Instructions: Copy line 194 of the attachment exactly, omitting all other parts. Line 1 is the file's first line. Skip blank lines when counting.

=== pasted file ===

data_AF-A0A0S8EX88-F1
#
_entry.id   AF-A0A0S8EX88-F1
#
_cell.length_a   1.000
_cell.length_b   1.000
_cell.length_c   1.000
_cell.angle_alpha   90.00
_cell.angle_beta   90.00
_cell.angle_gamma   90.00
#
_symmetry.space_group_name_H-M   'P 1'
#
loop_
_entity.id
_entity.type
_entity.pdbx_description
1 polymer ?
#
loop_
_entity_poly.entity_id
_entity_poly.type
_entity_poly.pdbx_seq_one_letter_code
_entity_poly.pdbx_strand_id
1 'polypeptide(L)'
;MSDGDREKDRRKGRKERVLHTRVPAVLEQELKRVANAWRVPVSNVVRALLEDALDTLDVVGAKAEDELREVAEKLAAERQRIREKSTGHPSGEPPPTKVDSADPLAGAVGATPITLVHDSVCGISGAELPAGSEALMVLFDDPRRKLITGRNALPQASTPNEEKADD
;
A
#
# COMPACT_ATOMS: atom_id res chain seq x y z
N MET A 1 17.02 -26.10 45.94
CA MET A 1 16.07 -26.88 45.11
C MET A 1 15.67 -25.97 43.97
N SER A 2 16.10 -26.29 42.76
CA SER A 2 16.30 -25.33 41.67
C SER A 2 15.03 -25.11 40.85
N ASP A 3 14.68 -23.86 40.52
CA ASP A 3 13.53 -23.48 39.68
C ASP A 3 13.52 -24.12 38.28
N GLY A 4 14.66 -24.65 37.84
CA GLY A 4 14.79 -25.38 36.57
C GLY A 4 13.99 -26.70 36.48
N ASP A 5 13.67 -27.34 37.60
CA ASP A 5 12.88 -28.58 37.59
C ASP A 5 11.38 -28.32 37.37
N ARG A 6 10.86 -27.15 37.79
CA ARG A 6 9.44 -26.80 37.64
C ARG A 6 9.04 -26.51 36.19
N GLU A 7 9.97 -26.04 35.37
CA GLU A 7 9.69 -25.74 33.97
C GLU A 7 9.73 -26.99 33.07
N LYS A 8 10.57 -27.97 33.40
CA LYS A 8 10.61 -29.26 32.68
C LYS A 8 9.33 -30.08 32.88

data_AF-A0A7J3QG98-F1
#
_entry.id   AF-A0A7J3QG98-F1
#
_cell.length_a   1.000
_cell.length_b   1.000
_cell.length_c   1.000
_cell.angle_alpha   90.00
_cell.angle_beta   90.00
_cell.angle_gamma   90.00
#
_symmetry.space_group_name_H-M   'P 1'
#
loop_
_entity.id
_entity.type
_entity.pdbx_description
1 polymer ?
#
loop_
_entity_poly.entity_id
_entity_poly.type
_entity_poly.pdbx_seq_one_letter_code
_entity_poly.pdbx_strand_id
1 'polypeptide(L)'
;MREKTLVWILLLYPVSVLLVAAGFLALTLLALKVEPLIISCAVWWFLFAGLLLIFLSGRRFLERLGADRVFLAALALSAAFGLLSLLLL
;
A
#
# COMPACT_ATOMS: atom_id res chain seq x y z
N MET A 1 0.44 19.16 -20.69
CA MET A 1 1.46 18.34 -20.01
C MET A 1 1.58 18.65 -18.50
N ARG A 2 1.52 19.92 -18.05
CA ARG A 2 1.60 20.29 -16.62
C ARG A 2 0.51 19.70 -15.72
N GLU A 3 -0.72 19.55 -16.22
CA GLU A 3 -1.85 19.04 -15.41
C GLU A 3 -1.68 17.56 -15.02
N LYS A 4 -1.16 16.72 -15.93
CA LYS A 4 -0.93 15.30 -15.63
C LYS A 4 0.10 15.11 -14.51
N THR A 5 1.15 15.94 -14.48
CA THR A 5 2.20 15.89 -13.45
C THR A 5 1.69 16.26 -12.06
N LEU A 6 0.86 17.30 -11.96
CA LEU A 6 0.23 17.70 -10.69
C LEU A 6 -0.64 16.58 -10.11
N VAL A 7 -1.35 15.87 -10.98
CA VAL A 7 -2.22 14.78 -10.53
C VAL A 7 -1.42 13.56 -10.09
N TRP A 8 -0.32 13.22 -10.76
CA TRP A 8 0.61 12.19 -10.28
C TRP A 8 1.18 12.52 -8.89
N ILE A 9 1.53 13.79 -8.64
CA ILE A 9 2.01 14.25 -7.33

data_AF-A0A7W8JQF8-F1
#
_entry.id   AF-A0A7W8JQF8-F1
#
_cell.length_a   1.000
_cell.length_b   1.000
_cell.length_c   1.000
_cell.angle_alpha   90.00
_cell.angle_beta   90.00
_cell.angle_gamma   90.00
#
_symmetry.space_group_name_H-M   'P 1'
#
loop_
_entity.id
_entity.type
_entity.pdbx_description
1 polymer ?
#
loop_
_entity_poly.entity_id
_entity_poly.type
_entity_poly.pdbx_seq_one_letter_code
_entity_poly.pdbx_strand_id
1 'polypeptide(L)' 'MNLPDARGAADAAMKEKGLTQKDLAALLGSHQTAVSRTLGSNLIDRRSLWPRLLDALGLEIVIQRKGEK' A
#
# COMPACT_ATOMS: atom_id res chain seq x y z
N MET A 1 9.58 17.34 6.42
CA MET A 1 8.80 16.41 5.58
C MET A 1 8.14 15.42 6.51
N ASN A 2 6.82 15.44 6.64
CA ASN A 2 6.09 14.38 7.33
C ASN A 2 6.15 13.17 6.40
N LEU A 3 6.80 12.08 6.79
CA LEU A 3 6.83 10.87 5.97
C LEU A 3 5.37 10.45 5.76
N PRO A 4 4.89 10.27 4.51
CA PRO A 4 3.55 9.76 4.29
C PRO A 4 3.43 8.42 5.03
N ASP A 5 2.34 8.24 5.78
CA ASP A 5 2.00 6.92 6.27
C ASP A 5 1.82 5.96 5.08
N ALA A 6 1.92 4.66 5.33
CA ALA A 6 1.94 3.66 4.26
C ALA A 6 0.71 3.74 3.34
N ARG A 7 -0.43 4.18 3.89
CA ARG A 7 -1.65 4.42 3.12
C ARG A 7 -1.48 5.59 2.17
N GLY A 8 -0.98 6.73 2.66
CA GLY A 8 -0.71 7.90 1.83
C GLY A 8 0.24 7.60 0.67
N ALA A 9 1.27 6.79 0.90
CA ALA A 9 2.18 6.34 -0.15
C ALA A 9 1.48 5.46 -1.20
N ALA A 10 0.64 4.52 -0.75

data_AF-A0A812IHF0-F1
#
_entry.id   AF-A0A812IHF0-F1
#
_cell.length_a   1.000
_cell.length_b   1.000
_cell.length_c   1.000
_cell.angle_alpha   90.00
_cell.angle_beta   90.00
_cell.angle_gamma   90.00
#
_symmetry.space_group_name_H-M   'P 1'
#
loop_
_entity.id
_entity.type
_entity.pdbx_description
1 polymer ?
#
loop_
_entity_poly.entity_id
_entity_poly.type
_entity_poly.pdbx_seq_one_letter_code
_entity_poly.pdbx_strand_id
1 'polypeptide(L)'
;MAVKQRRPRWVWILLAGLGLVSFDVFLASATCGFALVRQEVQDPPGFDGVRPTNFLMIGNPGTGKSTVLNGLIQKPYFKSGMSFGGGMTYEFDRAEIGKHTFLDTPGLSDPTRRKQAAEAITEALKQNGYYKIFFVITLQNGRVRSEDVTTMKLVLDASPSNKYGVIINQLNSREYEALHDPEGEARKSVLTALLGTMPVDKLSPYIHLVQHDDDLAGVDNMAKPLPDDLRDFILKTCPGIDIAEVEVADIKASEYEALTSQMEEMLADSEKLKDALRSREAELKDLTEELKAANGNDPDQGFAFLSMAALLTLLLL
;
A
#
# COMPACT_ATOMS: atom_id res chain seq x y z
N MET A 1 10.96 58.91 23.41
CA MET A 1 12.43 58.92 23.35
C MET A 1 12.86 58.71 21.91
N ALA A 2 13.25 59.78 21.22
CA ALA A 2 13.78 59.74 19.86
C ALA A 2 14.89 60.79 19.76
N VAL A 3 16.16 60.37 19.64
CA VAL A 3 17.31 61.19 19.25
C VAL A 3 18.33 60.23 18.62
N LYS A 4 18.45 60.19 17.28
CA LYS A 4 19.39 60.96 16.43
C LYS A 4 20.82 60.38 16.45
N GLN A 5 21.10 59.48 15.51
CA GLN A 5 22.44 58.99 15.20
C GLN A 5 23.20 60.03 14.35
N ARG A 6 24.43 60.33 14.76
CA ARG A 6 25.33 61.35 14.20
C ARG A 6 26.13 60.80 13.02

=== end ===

#